Among them was a tweet from Ryan Fournier, national co-chair of Students for Trump, who wrote, “No, President Trump did not tell people to inject themselves with Clorox or Lysol. If you believe that, you’re a moron.”
Fournier said there’s a grass-roots digital army prepared to defend the president when his back is against the wall.
“I see the people on Twitter,” he said in an interview. “I see the Facebook groups. I see the posts across these networks. I see the websites people have created to support the president. It’s tremendous amounts of stuff that I’ve never seen in a presidential election before.”
Hougland agreed. Republicans, he said, “have greater volume frequency and quality of digital narrative.”
Though he is advising the overtly political effort, McChrystal stopped short of endorsing Trump’s opponent, former vice president Joe Biden, whom the former general once criticized as part of a dust-up over counterterrorism strategy that led to his resignation in 2010.
McChrystal said his interest in the PAC is about ensuring the accuracy of information leading up to the election, even if it involves chasing viral attention with emotional appeals and other tactics rewarded by online clicks.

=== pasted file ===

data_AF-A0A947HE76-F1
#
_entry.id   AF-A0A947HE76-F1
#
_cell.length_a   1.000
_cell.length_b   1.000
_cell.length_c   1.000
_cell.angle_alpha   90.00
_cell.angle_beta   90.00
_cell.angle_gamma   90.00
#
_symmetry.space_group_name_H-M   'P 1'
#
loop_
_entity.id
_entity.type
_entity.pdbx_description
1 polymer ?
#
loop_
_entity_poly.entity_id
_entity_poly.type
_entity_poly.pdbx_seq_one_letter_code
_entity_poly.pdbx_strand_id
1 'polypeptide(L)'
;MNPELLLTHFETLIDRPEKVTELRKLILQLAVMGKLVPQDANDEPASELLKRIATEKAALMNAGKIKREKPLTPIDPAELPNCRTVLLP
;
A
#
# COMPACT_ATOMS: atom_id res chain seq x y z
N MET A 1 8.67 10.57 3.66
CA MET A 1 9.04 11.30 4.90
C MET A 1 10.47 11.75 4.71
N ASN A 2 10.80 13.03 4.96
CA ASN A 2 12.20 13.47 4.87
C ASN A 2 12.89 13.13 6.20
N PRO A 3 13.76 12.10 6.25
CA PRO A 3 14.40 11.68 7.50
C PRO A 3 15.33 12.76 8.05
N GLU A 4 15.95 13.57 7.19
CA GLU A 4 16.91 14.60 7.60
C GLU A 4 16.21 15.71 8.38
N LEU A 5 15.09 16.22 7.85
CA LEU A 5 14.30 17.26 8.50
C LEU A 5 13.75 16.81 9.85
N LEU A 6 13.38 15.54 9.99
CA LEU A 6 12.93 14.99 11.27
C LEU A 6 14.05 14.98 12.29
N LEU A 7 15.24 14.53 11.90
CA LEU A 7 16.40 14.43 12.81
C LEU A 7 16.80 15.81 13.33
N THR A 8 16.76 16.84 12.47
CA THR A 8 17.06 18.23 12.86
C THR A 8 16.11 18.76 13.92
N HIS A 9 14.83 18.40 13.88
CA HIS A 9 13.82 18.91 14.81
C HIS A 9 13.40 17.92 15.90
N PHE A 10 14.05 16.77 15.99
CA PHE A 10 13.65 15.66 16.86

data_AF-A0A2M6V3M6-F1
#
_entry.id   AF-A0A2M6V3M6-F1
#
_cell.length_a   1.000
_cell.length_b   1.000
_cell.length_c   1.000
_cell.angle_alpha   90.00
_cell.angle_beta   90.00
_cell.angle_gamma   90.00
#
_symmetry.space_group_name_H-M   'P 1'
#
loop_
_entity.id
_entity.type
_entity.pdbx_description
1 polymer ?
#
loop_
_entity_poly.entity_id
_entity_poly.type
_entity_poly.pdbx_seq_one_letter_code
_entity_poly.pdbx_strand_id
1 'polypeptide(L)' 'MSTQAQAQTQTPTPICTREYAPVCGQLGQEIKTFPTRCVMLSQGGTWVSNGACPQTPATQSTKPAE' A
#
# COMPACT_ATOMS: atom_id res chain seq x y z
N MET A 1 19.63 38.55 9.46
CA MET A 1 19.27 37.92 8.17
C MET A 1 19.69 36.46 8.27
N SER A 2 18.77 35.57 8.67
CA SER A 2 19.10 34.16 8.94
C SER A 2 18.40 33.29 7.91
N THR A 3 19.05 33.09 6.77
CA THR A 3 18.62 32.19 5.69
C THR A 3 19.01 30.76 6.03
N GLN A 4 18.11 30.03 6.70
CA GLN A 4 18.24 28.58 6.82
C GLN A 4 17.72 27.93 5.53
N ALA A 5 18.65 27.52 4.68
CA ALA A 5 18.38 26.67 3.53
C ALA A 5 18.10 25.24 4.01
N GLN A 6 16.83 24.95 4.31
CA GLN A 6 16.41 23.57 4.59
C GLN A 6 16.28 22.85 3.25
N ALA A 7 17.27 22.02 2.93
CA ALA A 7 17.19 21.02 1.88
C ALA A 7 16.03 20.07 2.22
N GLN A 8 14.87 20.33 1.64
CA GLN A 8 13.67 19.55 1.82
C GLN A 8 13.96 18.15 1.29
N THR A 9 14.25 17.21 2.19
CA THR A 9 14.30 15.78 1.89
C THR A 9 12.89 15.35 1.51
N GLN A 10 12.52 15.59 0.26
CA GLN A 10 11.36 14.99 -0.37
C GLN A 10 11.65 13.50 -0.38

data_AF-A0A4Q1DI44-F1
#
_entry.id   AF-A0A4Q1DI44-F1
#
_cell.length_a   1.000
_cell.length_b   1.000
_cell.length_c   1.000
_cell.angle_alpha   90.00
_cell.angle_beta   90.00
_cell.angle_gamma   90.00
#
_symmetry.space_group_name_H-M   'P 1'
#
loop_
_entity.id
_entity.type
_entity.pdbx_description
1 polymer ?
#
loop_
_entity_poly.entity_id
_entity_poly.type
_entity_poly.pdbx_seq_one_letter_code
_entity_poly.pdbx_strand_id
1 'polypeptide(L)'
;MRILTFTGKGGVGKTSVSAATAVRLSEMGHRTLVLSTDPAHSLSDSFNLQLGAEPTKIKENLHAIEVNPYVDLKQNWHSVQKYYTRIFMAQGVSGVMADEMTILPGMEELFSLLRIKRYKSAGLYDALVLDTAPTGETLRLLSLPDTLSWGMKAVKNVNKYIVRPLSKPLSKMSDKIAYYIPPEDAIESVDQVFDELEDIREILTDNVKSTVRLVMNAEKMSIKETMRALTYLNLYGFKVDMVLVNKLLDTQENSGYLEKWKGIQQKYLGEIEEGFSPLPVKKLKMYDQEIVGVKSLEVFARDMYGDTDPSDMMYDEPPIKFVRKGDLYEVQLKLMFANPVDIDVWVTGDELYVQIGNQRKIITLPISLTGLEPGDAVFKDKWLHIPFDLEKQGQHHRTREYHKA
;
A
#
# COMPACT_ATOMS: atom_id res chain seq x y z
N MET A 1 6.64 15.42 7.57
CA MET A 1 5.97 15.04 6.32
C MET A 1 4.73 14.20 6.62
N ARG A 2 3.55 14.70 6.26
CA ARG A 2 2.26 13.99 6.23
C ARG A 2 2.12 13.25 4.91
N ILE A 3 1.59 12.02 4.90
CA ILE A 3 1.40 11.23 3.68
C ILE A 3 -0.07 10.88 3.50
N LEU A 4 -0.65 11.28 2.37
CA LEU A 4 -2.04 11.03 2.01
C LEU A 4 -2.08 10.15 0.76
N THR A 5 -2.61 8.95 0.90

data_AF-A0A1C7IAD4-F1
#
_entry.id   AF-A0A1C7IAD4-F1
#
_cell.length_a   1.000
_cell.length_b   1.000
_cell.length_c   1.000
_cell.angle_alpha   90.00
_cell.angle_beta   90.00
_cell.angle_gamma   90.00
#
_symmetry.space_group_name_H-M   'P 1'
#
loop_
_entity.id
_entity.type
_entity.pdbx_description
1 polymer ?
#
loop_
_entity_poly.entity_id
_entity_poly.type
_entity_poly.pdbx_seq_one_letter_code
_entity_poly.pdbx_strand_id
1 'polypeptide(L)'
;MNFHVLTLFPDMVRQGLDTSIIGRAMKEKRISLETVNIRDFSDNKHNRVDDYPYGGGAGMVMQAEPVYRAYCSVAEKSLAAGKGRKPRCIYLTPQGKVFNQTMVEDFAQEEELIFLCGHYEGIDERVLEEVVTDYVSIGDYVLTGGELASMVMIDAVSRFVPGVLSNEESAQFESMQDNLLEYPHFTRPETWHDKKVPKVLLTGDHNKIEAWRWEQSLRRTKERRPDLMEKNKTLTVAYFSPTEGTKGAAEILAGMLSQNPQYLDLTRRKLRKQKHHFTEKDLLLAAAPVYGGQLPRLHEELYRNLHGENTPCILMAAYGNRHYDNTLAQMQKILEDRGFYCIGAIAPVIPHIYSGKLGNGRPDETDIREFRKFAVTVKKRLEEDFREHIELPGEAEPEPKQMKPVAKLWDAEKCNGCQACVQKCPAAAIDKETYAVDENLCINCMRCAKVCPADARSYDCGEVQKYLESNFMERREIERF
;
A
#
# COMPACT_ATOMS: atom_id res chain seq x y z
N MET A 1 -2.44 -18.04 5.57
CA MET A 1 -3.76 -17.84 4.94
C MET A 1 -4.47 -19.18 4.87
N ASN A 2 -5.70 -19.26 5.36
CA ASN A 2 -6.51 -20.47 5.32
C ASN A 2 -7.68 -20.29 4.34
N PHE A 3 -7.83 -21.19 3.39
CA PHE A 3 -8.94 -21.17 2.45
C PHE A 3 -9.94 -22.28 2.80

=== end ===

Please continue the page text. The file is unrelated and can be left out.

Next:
“Everyone wishes the Pandora’s box was closed and none of this existed, but it does,” McChrystal said in an interview.
His ambivalence is shared by large parts of the Democratic Party, which recoiled at an effort, brought to light at the end of 2018, to use Russian-inspired tactics, including the creation of fake accounts, to sway the 2017 Senate election in Alabama.
Hougland’s PAC shuns these methods. Yet it differs from more traditional Democratic-aligned PACs, such as Priorities USA and American Bridge 21st Century, in embracing the practice of paying influencers to convey their messaging. The approach raised eyebrows and prompted tech companies to clarify their rules when it was put into practice by Mike Bloomberg’s presidential campaign earlier this year.